My first “smooth” airport experience 

As I glanced outside the tinted window of the 747 jetliner, it occurred to me how lucky I am. Not only was I headed across an ocean to a country people only dream of seeing, Air Canada was nice enough to upgrade me to first class. So there I sat, writing and casually sipping a bottomless glass of champaign while fergie’s song glamorous played over and over in my head. 

While on the first leg of the journey, from Denver to Vancouver, I had the pleasure of meeting a long time resident of Longmont, Colorado who moved from Singapore in her late 20s. Though her story was interesting, I’m thankful not to have been in her shoes at the time. She was traveling with her family to soul, South Korea but her husband didn’t make it on the flight due to an issue with his boarding pass. Frantically, she was trying to coordinate with flight attendants in broken English about her options of reconnecting with him. Evidently her cellphone wasn’t working and she looked like she was about to have a complete breakdown. I know from personal experience how nerve racking and anxiety inducing situations like that can become. 

When we finally landed in Narita, the first thing that occurred to me what’s how efficient and clean this city is. Getting off the fight, my family and I were greeted by customs guards who proceeded to check my passport and declarations form before taking my photo and fingerprints. Despite the extra security measures, their system was so well thought out that we managed to get off the plane, grab our luggage, go though customs, and get on a train headed toward our hotel all in a matter of 15 minutes. For a city with a population of around 18 billion, efficiency is key I suppose.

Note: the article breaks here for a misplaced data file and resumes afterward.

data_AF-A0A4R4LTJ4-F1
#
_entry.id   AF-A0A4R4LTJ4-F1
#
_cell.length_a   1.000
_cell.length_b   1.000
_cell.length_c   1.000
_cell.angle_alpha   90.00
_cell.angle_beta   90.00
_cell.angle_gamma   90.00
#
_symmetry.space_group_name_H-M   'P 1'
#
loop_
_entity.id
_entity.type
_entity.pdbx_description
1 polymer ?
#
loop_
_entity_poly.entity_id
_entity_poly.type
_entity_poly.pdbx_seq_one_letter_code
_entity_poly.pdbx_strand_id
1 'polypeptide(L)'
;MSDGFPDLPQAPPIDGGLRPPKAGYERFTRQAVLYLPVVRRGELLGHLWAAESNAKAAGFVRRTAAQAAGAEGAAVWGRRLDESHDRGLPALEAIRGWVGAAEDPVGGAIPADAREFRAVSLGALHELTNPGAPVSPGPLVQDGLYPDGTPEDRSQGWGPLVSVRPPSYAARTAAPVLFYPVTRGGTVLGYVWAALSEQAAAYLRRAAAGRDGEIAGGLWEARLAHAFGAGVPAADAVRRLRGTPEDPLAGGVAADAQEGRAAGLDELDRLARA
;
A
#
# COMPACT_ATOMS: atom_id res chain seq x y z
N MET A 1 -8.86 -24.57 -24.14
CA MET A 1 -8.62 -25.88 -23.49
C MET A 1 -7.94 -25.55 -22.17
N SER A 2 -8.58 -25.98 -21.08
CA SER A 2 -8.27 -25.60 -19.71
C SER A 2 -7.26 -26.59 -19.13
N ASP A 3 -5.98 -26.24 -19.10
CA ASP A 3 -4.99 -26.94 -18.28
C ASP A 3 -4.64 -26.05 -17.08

The train we took to the hotel was clean and equipped with free wifi. Since the airport was the first stop on the metro line, there was a little old man who went into the cabin before us and cleaned before flipping all the chairs around by hand to face in the correct direction. It stuck me how much pride he took in his work.  Every movement he made was done with precision and grace. Later, I came to realize that this is a cultural norm.  Though I have always heard the people of Japan were respectful and dedicated to their jobs,  I didn’t understand that it was to such and extreme degree. Watching even garbage men perform their daily duties here is an oddly humbling experience. 

Tokyo Bound

In exactly 4 days I will be packing up the necessities and preparing to embark on another adventure. Unlike the rest of my travels though, this time I will be headed into uncharted territory. The majority of my travels have led me to  Europe, but this time I will he headed to  Japan.  This will mark my first introduction to Asia and the mysteries that the region has to offer. Though I am a little intimated by the potential culture shock, this feeling is overridden by genuine curiosity and excitement.

In the last few days, I’ve finally had time to start research on both cultural expectations and geographic context for all the things that I hope to see.  Our trip will start in Tokyo before heading to see a local department in the town of Nakahara and finally riding the Japan Rail trains down to Kyoto, Osaka, and Nara. Though this itinerary is pretty flexible, it is always good to set out with general idea of where we will be headed.

Even preparing for this trip has been educational. For the Japan Rail train passes, we had to order them ahead of time. Evidently they ate not actually sold in Japan since they are a promotional experiment set up by the government to help tourists and boost the economy. They must be picked up out of the country. Only visitors to the region can get them for either 1 ,7, or 14 days. While I was visiting Boulder, Colorado one day, my father sent me an address of an independent British travel company office off Pearl Street and instructed me to pick up the tickets. I walked into a brand new, yet nearly abandoned officebuilbing and took an elevator to the top floor. After giving the receptionist our last name she handed me three, antique looking, paper tickets with japanese lettering and barcodes printed on the font. I was expecting something comparable to a DC metro card. Instead, the tickets that were handed to me stirred up memories of the train tickets seen in popular children’s anime, Spirited Away.

I try my best to remain openminded and look forward to the known. I live by the philosophy that the best stories come from experiences where you walk into a situation without any preconceived notions or expectations. No matter what I might encounter, I’ll do my best to take on life one step at a time. As always, I hope to share my experiences and adventures though this blog.